Chapter 5 is about using the Form Builder. Form Builder is no longer included in Laravel so you have to install it.
In this chapter you'll learn how to install the Laravel HTML package and how to use the templating system to build your pages and Form Builder to build simple and complex forms, even using form macros to avoid repeating dull form building tasks. The examples are very good and self explanatory so this should be a breeze.
On the next chapter, chapter 6, you'll learn how to use one of the neat features of Laravel 5: annotations.
Annotations are specific pieces of metadata included in the DocBlock that will help you perform routing with even less coding and this can be a faster and more organized way of doing collaborative programming.
The author does a great job in explaining what are Annotations, even using examples of other languages like C and Java and also in PHP. It also shows some examples of Annotations on other PHP frameworks like Symfony and Zend and compares them with Laravel.
The annotations package is not included in Laravel 5 but you can install the package easily with Composer. All instructions, as usual, are included. You have all information in this chapter to make an inform decision on using it or not and, as this is part of Laravel Collective like the HTML package, you can rest assured that support will continue to exist.
In the next chapter, chapter 7, you will learn how to use Laravel's middleware. Middleware is a mechanism used in the middle between route and the application.
This is a great mechanism to help separate a software application into separate layers, like protection layer in the core of the application. You will work with the HTTP kernel, learn how to make a basic middleware, how to use the Authenticate Middleware class, and hwo to use Contracts, which is a new way of using an interface to provide a non-croncrete class to separate the actual class from the calling class. You will build a custom middleware for logging.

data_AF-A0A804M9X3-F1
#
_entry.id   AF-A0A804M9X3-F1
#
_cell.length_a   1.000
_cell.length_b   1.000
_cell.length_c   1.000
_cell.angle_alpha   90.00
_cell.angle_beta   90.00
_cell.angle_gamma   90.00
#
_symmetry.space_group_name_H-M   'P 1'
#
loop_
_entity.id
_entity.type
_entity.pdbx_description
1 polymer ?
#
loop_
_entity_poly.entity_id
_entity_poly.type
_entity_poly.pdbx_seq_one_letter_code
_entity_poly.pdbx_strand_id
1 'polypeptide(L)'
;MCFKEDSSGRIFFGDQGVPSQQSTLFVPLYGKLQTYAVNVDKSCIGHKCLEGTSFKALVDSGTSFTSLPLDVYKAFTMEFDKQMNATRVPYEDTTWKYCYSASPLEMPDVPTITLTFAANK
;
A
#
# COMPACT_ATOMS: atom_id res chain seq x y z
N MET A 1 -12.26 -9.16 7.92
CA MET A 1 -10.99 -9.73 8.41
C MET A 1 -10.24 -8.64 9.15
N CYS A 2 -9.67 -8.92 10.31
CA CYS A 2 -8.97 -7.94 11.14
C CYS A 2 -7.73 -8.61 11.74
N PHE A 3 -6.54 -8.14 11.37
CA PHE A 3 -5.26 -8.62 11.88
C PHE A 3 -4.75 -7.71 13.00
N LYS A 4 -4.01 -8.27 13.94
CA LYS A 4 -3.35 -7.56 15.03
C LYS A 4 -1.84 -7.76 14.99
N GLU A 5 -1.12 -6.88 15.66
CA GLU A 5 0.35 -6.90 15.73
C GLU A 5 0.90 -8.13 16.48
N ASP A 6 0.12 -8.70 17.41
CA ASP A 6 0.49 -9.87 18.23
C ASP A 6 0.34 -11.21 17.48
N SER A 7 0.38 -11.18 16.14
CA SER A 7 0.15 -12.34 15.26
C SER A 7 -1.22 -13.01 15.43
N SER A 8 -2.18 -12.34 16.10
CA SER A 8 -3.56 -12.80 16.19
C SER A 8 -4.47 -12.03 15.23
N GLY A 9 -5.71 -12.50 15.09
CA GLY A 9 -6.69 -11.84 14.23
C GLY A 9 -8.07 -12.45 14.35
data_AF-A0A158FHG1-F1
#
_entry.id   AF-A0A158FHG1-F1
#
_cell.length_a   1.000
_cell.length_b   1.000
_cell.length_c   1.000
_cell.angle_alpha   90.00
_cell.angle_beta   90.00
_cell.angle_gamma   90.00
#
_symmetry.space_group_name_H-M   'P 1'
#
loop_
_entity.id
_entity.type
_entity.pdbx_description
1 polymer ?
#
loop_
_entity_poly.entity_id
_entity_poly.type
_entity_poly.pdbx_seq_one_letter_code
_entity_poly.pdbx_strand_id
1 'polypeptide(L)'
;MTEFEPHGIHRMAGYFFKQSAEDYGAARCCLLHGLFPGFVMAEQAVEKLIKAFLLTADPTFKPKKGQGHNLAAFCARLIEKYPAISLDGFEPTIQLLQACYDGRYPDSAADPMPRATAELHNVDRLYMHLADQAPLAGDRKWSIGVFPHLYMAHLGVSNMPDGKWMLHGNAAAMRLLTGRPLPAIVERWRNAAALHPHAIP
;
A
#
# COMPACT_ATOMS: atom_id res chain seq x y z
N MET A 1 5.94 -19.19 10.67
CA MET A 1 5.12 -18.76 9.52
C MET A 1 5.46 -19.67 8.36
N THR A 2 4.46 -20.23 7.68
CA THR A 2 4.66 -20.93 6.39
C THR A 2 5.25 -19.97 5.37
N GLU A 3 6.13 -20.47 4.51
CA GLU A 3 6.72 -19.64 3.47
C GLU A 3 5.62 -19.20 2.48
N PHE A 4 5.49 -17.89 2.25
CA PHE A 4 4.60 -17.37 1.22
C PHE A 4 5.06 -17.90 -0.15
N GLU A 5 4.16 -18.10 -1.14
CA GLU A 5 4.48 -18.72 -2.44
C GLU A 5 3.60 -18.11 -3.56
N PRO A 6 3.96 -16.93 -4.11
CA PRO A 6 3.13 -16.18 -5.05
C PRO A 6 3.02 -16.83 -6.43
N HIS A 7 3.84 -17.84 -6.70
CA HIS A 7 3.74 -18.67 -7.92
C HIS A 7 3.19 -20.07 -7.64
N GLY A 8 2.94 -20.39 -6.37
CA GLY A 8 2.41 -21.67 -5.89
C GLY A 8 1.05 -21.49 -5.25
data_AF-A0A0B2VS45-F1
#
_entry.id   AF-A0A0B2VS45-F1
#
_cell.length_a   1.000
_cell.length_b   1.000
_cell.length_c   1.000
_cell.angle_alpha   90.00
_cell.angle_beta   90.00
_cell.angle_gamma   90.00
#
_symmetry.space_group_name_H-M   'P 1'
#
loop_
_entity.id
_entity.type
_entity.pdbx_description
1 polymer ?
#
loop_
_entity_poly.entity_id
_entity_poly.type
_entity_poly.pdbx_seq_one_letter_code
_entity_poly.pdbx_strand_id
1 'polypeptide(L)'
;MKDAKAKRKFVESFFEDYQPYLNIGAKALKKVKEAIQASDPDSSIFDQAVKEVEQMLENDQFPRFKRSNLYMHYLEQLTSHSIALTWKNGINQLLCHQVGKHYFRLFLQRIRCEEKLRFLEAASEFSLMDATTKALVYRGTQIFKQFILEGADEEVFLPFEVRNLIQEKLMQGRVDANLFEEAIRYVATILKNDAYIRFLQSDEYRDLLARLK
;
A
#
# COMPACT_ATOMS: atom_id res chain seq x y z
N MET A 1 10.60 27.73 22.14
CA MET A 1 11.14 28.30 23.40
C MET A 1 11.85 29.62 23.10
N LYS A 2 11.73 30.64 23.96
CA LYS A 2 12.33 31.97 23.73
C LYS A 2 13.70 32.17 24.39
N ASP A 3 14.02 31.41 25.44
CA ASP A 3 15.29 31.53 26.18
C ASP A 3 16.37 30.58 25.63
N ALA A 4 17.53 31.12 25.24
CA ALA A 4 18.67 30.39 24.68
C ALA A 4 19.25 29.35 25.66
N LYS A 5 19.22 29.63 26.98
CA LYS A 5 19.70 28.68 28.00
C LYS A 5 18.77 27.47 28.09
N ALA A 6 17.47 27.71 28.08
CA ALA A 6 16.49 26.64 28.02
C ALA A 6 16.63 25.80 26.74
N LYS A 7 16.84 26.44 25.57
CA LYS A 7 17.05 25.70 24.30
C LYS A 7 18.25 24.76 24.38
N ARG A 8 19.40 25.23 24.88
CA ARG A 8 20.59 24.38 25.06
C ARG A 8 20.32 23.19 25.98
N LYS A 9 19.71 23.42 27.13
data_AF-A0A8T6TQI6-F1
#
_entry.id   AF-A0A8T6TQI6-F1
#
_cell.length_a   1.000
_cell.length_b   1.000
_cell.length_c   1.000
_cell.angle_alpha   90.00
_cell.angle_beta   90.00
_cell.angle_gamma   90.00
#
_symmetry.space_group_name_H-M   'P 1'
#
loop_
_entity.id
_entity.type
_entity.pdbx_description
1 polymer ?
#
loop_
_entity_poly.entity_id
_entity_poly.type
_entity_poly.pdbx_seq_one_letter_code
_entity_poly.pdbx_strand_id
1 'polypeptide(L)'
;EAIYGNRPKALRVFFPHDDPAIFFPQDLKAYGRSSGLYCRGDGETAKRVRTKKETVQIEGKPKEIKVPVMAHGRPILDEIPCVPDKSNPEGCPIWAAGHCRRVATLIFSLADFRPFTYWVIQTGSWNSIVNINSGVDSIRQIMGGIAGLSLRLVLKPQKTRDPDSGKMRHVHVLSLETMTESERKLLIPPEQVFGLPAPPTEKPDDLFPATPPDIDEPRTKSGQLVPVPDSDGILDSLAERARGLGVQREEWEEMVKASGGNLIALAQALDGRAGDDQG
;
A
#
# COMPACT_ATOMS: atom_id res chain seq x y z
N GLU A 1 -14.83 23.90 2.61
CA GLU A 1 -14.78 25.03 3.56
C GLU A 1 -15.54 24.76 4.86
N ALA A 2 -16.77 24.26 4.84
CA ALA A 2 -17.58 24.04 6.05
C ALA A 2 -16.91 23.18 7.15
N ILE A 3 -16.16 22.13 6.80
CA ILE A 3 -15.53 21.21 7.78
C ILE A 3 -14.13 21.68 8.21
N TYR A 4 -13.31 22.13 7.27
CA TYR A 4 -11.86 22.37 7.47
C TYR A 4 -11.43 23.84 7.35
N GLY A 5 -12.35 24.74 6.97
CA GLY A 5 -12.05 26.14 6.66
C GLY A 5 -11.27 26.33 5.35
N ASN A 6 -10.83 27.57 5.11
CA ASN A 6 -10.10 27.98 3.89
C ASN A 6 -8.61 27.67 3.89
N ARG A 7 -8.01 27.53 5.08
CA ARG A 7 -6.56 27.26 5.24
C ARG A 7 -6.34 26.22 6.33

In chapter 8 we will have a walk-through on Laravel's Eloquent ORM and will learn how to use it on a new application from scratch but also how to use it to port a legacy database to our new application.
About Eloquent ORM you can read more on my next review on "Learning Laravel's Eloquent" book by Francesco Malatesta.
Chapter 9, is about scaling Laravel. You will learn how to speed up your routing with caching and how to implement and use a master-slave strategy. You will also learn about Lumen, the lightweight version of Laravel and how it can speed even more your system.
The last chapter, chapter 10, deals with the current concept of continuous integration and building tools.
As I mentioned before, Laravel is one of the most exciting of the newer PHP frameworks and it will gain more market share in the near future. It's already the most starred PHP framework on Github and that says a lot about its popularity, so you should really consider to have it as one of your expertise areas.
With this new version you will also have a stable Long Term Support Laravel and you can be more confident on working with it.
This book is a natural follow up of the previous "Laravel 5 Essentials" book, also from PacktPub. If you are not anymore a newbie to Laravel this is a very good book to follow your path to mastering Laravel as a Pro.